DenniJensen DenniJensen - 6 months ago 12
Ruby Question

Referencing global variables in a Ruby script (Block vs Function)

I am building an installation script in Ruby for my dotfiles. To parse some simple flags I use OptionParser.
I want to read the

-f
flag to force an override on existing files. Everything works fine. The Flag will be stored in the
options
hash.

options = {}
option_parse = OptionParser.new do |opt|
opt.on('-f', '--force') do
options[:force] = true
puts 'force overwrite'
end
end
option_parse.parse!


So I refactored my code into functions.
In the functions I can't use
options
without setting it into a global variable.

And now I have two questions:


  1. What is Ruby doing with the variable if I have to define it as global and it is not enough to define it over the function (no classes, just a script)?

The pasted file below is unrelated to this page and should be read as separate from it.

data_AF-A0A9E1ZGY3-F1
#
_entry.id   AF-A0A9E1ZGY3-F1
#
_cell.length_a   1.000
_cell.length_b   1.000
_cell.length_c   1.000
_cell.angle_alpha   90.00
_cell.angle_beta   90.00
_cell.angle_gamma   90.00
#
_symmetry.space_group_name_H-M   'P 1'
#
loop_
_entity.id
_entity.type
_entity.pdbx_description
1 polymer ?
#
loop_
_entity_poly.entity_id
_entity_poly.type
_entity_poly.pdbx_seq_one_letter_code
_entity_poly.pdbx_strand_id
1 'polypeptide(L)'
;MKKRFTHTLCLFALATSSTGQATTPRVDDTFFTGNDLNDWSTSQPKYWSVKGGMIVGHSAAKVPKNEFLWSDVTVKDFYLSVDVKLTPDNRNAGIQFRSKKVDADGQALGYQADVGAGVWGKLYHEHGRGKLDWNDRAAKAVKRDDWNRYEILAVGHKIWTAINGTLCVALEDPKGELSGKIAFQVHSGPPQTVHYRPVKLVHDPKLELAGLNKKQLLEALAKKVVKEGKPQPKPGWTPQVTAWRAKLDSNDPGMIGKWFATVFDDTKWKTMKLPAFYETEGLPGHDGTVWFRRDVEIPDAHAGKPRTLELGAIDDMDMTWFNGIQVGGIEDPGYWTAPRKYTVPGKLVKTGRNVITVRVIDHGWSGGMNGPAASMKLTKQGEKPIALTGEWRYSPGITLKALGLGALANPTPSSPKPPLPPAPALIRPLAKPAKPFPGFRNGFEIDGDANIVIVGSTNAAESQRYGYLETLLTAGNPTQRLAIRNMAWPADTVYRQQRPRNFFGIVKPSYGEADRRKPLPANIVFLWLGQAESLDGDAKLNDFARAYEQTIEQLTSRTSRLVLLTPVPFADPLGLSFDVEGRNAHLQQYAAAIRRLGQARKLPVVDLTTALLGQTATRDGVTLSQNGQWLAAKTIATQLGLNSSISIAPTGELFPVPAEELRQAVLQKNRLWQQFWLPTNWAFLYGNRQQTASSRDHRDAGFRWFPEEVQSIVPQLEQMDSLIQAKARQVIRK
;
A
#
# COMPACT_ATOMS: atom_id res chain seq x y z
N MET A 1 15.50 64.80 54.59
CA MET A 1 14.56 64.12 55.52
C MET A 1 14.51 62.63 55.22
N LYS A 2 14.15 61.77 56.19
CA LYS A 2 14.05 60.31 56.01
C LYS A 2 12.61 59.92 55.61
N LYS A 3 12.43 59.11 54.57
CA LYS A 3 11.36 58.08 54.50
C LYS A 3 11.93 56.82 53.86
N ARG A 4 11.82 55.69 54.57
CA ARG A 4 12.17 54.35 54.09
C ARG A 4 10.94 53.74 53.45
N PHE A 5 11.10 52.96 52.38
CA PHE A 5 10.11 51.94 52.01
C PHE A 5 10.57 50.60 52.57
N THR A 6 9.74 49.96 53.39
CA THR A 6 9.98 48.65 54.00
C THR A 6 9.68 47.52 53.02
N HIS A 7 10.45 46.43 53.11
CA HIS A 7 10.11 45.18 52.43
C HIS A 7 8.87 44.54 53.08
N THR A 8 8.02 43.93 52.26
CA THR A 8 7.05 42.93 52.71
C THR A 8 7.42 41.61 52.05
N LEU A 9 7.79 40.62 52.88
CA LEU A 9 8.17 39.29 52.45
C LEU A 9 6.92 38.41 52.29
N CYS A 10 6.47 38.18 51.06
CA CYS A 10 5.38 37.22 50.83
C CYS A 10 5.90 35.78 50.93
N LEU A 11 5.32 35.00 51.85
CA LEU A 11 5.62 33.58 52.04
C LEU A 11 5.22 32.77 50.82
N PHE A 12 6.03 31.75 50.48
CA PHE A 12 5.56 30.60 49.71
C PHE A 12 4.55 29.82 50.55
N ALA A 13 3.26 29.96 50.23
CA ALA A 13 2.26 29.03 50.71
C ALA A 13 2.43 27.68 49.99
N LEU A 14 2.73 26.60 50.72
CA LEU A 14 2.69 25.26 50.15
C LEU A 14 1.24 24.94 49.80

2. Do
    $options
    and
    OPTIONS
    behave the same way in the global context?


Answer

The ruby top-level scope behaves both like a class and like an instance.

When you define methods in that context, they will become private methods on the Object class.

Local variables also behave kind of like in a class. They are local to the class definition, and thus no accessible in the instances (where the methods you define end up).

Variables starting with $ are globals. They are available everywhere. The dollar sign is needed for the interpreter to tell locals and globals apart.

Variables starting with a capital letter are constants. When you create a constant it goes in whatever class or module you're in at the time. Constants can be referred to in the enclosing class or module and any inheriting classes. Constants can also be referred to "from the outside" by using fully qualified names like this: MyModule::MyClass::MyConstant.

Constants differ from globals in the way they are scoped. A constant lives in a class or module, whereas globals are just that - global.

Here are some examples:

$foo  = 'bar'
BAZ   = 'qux'

def x
  puts $foo, BAZ
end

x
# bar
# qux

class A
  B = 'C'
  def self.say
    puts B
  end
  def say
    puts B
  end
end

A.say
# C
A.new.say
# C
puts A::B
# C
puts B
# => raises an error
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